Call of Duty Black Ops 4 Review: Impressions for Blackout, Zombies and Esports

Chris Roling@@Chris_RolingFeatured ColumnistOctober 14, 2018

Activision

Call of Duty: Black Ops 4 sees Treyarch take some major risks, with the reward being redefining the multiplayer market as players know it.  

The effort feels like a three-within-one offering while also managing to silence the it's-always-the-same-thing crowd. A buttery-smooth battle royale experience, an in-depth co-op mode and traditional Call of Duty multiplayer with some key refinements create a stunning wealth of options and ways to play.

A sacrifice was made in the form of a campaign mode. But while some might see the lack of a single-player campaign as an easy way out for an annual force of a franchise, it's clear after only a brief time with Bo4 it's more of a braggadocious move by a team offering up the best Call of Duty in a long time. 

       

Graphics and Gameplay 

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Like clockwork, this is the best-looking Call of Duty upon release. Saying so does the beauty of the game a disservice, though.  

Refreshingly colorful in all game modes for a genre that often doesn't mind dulling everything out with browns and grays, environments are detailed and varied and actual problems are few and far between. There's a close attention to detail on stuff like firearms, though things like ground textures aren't going to be as beefed up as they are in a single-player RPG. The true varied, powerhouse nature of Bo4 gets showcased in Blackout, which features a double-digit classic map count all slapped onto one playing board. 

But graphics are an afterthought compared to gameplay, as they should be. 

Call of Duty needed a refresher and gets it here for those looking at the subtle mechanics. Regenerating health is gone. The game is no longer just hitscan, as firearms also dole out projectile damage—meaning bullet drop and the realism necessary for a battle royale mode is here.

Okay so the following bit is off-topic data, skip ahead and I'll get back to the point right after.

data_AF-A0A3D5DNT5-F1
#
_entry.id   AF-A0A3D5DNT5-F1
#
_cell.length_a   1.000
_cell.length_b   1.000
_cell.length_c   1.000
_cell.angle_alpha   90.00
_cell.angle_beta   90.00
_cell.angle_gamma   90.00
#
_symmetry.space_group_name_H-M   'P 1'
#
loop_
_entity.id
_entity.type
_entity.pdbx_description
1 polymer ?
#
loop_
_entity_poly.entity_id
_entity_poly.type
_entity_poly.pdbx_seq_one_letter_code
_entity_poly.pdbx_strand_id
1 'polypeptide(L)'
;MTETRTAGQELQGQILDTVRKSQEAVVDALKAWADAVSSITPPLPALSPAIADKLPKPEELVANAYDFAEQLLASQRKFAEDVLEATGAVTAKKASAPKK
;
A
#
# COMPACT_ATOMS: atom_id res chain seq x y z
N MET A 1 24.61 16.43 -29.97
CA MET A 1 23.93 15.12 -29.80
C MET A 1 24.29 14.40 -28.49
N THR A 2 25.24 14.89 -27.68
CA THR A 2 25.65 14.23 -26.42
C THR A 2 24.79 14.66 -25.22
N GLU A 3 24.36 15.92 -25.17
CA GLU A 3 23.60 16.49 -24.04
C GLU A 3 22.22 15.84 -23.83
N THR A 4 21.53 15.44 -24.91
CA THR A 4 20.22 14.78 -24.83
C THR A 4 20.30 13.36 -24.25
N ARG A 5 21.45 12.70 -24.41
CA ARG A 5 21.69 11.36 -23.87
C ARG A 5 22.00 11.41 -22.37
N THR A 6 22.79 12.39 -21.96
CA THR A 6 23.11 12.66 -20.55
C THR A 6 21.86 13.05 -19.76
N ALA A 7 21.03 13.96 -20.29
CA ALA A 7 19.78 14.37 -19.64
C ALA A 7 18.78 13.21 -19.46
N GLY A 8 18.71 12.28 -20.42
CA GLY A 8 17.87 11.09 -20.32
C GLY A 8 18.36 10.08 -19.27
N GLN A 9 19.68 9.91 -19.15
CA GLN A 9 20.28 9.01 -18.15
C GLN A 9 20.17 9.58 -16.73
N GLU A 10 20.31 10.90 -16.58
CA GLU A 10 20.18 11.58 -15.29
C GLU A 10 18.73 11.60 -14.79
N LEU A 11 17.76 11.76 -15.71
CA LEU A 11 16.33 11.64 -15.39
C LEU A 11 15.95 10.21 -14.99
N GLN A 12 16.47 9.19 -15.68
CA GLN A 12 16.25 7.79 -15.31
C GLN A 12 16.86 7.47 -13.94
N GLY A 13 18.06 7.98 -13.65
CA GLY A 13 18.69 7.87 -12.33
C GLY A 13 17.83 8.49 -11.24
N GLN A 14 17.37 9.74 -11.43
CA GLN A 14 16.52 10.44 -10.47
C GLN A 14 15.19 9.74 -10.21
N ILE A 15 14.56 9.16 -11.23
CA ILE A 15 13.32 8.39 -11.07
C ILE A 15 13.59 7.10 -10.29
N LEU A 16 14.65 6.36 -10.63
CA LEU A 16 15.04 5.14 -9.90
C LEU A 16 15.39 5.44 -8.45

It'd be almost dishonest to say Bo4 doesn't build upon its tried-and-true base multiplayer well. While it feels incredibly familiar, which is what happens for such a long-running franchise, the removal of wall-running and verticality and a return to a more realism-based shooter is a welcome change. Dealing with projectile damage and having to strategically manage health adds another layer of depth to what before was mindless engagements before spamming the respawn button. 

At its core, Bo4 is a personification of how the shooting genre has changed over the years. Like Overwatch and others, the specialists system takes cues from hero-based shooters. Four of the 10 specialists are new and add an additional layer of strategy going into a specific game mode or map, whereas in the past the pregame strategy was only linked to a weapon loadout—which is also still there and as in-depth as usual.  

The specialists systems don't work as well, though, in a reality-based game like Call of Duty—things like wallhacks that reveal the enemy on radar are always going to be more important than say, a grappling hook for somewhat-quicker traversal. And part of the problem is the "ultimates" each specialist can earn. Some, like the attack dog, generate kills for a player with the click of a button, while others, such as Prophet's Tempest, require precise aim simply for a stun. 

Still, even that is a minor complaint, as players are properly rewarded for using items like those in the recon class to enable teammates instead of simply going in solo, guns-blazing with individual boosts at the ready. 

It wouldn't be Call of Duty without crisp gunplay, so players familiar to the series know what to expect. There are some spawning issues that need ironed out in traditional multiplayer, but as a whole, the removal of wall-running and a surprising amount of depth between weapon loadouts, unlocks and specialists classes leaves more agency in the hands of players than ever before.  

     

Zombies 

While Bo4 doesn't have a "campaign" per se, the three co-op modes available in zombies makes for an entertaining romp with friends. 

Those interested in the Aether storyline from past games can continue it here. But the real highlight is the new Chaos storyline, a time-traveling affair with some of the most memorable maps in the series. Whether it's a Titanic-inspired ship or a Roman coliseum with onlookers galore, Bo4 doesn't hold back in overwhelming users with pretty environments before sending the dead after them.